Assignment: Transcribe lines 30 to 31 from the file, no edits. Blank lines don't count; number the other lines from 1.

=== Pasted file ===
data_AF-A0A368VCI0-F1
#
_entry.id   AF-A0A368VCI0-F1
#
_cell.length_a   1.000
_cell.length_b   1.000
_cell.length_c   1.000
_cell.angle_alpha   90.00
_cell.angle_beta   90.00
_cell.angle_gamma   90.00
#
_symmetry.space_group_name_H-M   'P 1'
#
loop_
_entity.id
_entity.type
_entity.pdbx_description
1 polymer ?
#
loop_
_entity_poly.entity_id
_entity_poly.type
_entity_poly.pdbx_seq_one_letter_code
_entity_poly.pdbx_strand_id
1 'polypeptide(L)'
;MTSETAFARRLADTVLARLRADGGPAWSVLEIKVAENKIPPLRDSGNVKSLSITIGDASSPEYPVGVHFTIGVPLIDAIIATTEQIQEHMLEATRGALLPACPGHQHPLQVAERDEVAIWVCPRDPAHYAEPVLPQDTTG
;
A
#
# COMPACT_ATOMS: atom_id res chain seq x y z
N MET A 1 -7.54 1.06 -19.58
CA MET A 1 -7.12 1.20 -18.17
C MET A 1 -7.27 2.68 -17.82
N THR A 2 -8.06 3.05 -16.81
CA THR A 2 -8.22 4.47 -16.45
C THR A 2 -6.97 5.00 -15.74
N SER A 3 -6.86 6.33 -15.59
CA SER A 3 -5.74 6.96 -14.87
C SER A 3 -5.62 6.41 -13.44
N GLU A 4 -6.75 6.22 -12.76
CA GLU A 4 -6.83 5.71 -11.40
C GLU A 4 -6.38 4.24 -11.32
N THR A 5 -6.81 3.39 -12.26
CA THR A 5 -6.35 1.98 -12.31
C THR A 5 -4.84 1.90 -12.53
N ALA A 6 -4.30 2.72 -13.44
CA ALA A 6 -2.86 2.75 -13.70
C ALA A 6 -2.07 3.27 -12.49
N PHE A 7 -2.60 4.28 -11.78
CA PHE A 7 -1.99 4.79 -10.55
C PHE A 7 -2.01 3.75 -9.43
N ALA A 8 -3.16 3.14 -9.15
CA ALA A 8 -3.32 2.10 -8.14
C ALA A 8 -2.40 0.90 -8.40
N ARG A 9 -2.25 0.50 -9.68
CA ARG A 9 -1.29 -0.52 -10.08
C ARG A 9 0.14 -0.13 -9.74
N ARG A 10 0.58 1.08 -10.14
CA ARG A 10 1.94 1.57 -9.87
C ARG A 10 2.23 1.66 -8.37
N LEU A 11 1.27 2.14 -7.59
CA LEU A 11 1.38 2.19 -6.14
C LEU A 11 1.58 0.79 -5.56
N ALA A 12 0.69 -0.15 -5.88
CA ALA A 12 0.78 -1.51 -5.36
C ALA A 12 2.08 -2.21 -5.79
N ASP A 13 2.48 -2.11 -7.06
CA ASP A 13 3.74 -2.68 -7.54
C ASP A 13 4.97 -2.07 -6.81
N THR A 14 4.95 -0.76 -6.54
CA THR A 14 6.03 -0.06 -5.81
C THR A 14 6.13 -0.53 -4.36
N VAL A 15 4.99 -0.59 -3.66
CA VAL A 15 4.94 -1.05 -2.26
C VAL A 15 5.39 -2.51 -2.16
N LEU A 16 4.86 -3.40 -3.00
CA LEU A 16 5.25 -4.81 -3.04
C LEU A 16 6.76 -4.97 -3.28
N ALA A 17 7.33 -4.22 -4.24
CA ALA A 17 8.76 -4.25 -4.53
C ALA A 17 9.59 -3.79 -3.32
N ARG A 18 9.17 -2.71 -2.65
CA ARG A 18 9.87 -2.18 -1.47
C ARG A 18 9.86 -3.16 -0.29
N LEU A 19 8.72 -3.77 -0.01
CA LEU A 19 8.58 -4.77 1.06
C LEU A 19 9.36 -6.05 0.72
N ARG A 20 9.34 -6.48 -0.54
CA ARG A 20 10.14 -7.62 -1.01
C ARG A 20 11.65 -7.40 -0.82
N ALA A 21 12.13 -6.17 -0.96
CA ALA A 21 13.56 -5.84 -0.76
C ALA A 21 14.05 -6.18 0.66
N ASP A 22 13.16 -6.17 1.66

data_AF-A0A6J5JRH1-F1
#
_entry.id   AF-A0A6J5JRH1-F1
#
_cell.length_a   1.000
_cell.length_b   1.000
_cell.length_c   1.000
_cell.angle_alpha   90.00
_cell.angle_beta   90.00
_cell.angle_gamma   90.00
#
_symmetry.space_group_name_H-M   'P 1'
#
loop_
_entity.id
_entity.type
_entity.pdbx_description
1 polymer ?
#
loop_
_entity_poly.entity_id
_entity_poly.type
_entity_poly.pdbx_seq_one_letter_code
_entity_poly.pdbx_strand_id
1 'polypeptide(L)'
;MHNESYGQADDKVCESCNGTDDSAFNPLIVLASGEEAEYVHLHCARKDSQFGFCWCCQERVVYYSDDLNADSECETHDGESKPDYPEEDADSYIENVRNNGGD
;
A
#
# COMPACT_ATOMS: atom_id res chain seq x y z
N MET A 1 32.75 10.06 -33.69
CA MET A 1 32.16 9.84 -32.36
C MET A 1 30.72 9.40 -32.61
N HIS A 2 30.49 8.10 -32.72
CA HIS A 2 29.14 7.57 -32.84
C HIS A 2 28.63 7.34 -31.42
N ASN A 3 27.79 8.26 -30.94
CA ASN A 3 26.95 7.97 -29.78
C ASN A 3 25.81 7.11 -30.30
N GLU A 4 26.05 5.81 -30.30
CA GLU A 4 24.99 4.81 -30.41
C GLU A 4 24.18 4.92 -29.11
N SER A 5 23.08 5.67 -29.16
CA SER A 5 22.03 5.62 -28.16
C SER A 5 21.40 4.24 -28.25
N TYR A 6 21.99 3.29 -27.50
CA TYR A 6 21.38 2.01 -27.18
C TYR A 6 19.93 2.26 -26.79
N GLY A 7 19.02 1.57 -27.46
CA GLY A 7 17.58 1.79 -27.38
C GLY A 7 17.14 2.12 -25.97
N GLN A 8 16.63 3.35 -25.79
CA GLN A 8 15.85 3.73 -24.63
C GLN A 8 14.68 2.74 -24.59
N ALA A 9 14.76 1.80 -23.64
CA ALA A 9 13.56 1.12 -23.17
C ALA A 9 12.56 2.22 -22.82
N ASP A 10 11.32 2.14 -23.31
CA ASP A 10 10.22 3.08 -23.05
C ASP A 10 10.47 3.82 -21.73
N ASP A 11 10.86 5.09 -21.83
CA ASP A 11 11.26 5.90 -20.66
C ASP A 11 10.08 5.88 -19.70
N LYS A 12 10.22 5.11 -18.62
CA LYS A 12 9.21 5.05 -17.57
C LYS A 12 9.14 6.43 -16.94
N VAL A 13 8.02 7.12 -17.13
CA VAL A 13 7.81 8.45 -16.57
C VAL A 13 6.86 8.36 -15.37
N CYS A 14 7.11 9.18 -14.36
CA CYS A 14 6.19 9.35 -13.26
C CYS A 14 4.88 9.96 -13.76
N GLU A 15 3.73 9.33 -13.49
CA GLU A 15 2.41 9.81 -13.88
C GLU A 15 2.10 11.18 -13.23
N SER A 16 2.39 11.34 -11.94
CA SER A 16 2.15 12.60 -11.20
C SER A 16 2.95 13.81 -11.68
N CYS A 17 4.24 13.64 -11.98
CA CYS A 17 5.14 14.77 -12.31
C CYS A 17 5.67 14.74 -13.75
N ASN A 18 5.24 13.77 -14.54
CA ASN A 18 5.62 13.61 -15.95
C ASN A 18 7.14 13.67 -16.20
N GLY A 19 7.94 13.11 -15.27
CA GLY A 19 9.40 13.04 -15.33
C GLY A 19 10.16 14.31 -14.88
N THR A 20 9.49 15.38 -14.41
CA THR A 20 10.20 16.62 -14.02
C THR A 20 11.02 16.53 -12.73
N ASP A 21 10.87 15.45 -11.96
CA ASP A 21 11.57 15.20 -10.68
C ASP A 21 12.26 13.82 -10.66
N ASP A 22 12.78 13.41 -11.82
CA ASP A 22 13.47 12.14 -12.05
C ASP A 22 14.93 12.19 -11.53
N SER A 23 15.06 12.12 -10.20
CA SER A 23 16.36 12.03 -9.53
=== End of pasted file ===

# COMPACT_ATOMS: atom_id res chain seq x y z
N MET A 1 -7.54 1.06 -19.58